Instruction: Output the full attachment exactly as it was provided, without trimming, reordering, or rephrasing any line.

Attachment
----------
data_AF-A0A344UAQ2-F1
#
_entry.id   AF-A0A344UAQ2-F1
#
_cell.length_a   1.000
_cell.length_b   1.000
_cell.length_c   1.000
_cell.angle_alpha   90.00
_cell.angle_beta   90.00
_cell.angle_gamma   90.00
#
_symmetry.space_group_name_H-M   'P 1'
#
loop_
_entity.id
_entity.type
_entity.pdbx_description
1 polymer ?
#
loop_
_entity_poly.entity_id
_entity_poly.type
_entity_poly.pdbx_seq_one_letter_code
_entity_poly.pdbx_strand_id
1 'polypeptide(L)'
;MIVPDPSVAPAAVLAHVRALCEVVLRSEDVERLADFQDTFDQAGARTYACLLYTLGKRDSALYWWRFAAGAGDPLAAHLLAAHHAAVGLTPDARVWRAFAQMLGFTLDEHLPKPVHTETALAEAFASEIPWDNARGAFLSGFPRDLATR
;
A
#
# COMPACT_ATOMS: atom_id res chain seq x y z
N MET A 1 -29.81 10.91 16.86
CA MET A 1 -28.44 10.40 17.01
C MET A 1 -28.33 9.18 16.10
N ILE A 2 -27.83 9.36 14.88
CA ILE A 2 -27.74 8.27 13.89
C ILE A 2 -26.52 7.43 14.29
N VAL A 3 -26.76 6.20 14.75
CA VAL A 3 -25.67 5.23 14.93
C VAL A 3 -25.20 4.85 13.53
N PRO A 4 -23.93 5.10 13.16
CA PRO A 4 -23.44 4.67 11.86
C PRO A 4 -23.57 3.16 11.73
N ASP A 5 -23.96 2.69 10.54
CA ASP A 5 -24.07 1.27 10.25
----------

data_AF-A0A344UAQ2-F1
#
_entry.id   AF-A0A344UAQ2-F1
#
_cell.length_a   1.000
_cell.length_b   1.000
_cell.length_c   1.000
_cell.angle_alpha   90.00
_cell.angle_beta   90.00
_cell.angle_gamma   90.00
#
_symmetry.space_group_name_H-M   'P 1'
#
loop_
_entity.id
_entity.type
_entity.pdbx_description
1 polymer ?
#
loop_
_entity_poly.entity_id
_entity_poly.type
_entity_poly.pdbx_seq_one_letter_code
_entity_poly.pdbx_strand_id
1 'polypeptide(L)'
;MIVPDPSVAPAAVLAHVRALCEVVLRSEDVERLADFQDTFDQAGARTYACLLYTLGKRDSALYWWRFAAGAGDPLAAHLLAAHHAAVGLTPDARVWRAFAQMLGFTLDEHLPKPVHTETALAEAFASEIPWDNARGAFLSGFPRDLATR
;
A
#
# COMPACT_ATOMS: atom_id res chain seq x y z
N MET A 1 -29.81 10.91 16.86
CA MET A 1 -28.44 10.40 17.01
C MET A 1 -28.33 9.18 16.10
N ILE A 2 -27.83 9.36 14.88
CA ILE A 2 -27.74 8.27 13.89
C ILE A 2 -26.52 7.43 14.29
N VAL A 3 -26.76 6.20 14.75
CA VAL A 3 -25.67 5.23 14.93
C VAL A 3 -25.20 4.85 13.53
N PRO A 4 -23.93 5.10 13.16
CA PRO A 4 -23.44 4.67 11.86
C PRO A 4 -23.57 3.16 11.73
N ASP A 5 -23.96 2.69 10.54
CA ASP A 5 -24.07 1.27 10.25